• Joey Votto smashed two balls into the gap off of Hammel. One was caught the other fell in for a double. After Votto was taken out of the game, two of his used batting gloves flew out of the Reds dugout into the lap of a guy in my row three seats from me. I asked politely if he’d be willing to let me have one, but he was in no mood to share his random good fortune. Votto (33) was a second round pick in 2002.
• Eugenio Suarez singled to CF and made a long, noisy out to deep LF. Yesterday, Suarez hit a ball 400+ feet down the left field line that was foul by not much. He’s made a lot of solid contact without the stats to show for it. Suarez also played SS today and looked sharp on the two plays he had. One was turning 3-6-1 double play after an on-target throw from Votto, the other was fielding a hard-hit ball in the hole and starting a 6-4 yes-siree 3.
• Patrick Kivlehan played 3B and made two nice grabs snagging line drives. He also had a hit in the 7th inning off of Kelvin Herrera, the Royals tough closer. Kivlehan hit a homer against a minor league pitcher yesterday. Some background: Kivlehan played 3B for Rutgers in college, where he hit for the Big East Triple Crown in 2012. He was drafted in the fourth round by the Mariners, who moved him to 1B and then the OF. He bounced around last year (Mariners-Rangers-Mariners-Padres) before the Reds picked him up off waivers in the last week of the season. I know you’re trying to forget the 2016 Reds, but Kivlehan played in three September games, going 0-5. I’m not suggesting he’ll make the OD roster, or that he won’t, but the Reds do need a backup 3B, don’t they? Another name on the pile. Reminder, his hit today was off Kelvin Herrera.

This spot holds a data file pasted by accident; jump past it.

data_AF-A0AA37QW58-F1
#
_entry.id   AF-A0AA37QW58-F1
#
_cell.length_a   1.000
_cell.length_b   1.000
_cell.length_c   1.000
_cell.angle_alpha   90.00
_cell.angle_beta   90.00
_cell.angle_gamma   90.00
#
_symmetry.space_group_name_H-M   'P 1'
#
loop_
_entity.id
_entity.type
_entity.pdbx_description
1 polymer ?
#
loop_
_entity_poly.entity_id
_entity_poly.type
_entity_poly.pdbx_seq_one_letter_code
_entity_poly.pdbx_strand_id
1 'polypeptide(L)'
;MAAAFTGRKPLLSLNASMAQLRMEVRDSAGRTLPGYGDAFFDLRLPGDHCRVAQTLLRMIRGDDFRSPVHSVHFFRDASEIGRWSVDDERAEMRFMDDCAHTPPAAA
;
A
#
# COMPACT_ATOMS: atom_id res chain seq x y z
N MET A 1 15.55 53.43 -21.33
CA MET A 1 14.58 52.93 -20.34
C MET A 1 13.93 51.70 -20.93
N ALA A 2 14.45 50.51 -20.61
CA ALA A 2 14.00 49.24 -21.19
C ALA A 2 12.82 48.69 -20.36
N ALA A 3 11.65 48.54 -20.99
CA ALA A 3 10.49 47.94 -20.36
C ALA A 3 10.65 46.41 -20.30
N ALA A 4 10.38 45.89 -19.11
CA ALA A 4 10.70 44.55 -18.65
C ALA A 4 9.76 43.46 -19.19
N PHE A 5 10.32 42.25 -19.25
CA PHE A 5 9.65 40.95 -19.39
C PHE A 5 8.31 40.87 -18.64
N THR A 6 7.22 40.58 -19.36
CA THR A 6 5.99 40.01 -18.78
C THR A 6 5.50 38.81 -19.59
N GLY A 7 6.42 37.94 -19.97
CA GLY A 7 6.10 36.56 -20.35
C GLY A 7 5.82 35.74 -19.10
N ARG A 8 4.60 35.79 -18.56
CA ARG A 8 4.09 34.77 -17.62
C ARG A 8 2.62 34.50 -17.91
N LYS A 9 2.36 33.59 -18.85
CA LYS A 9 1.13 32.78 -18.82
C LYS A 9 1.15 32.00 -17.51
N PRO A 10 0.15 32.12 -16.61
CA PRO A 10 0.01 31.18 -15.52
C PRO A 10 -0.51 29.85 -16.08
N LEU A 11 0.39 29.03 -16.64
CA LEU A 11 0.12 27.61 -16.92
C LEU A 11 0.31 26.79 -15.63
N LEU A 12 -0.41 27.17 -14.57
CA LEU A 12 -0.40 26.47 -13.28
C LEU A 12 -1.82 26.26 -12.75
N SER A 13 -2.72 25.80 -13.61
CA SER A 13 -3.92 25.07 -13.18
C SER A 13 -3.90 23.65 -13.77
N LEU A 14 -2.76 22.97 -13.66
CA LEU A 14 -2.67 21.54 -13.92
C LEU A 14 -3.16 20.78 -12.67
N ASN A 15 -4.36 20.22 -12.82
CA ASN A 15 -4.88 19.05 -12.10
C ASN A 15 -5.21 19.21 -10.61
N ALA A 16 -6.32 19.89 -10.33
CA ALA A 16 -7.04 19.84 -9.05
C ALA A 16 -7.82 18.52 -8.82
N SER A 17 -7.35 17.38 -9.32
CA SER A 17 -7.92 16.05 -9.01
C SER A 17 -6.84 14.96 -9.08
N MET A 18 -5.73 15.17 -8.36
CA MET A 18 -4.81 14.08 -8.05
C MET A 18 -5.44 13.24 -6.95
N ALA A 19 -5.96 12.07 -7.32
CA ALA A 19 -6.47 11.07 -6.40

• The fly ball Scott Schebler hit in the 6th inning off of Al Albuquerque looks like a sacrifice fly in the scorebook. It was a couple feet from a deep grand slam in person. Schebler (26) came to the Reds from the Dodgers in the Todd Frazier trade.
• Tim Adelman pitched three innings and got hit around pretty good. Adelman did contribute a two-run double in the Reds’ 8-run 8th inning. From a roster standpoint, Adelman might still be in the SP competition, but today felt more like “let’s see how Tim does in a swing role” appearance.
• Defensive play(s) of the day goes to Kivlehan with honorable mention to Suarez. Details above.
• Drove into Phoenix this morning for breakfast at Matt’s Big Breakfast. Went twice in 2010. Matt’s is my favorite breakfast place anywhere. Their home fries are the definitive breakfast potatoes. Large, well-griddled and mixed with rosemary and hefty pieces of caramelized onions. I promise a picture next time, soon. Matt’s breakfast should be on your list of reasons to travel here for Cactus League games.